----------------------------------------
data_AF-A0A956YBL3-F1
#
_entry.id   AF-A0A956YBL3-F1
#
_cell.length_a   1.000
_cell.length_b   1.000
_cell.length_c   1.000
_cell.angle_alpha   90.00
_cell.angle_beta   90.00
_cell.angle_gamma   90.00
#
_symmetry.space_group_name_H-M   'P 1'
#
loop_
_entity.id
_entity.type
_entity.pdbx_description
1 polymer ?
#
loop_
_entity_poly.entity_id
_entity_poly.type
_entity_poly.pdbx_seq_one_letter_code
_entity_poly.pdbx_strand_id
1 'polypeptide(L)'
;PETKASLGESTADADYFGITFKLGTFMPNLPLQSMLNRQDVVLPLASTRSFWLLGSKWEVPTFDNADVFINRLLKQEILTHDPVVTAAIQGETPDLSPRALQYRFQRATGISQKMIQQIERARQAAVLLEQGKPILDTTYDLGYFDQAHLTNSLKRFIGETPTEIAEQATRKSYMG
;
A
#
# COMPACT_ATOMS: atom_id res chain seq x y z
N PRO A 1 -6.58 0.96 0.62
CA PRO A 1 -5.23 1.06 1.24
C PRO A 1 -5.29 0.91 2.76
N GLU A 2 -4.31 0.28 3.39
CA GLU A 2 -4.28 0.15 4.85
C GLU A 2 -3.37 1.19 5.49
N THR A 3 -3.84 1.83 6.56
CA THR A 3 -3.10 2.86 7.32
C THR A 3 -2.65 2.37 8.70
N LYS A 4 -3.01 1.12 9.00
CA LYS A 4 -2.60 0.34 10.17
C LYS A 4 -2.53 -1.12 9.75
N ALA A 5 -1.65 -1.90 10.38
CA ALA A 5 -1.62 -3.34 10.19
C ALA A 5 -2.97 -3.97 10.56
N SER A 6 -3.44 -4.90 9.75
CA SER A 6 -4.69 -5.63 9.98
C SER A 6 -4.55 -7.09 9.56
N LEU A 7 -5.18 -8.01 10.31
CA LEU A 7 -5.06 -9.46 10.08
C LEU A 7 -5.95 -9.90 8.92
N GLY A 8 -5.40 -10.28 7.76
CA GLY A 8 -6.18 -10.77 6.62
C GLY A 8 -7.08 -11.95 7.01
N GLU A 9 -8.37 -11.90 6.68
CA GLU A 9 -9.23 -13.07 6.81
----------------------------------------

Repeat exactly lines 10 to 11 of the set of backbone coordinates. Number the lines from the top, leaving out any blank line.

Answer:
_cell.angle_gamma   90.00
#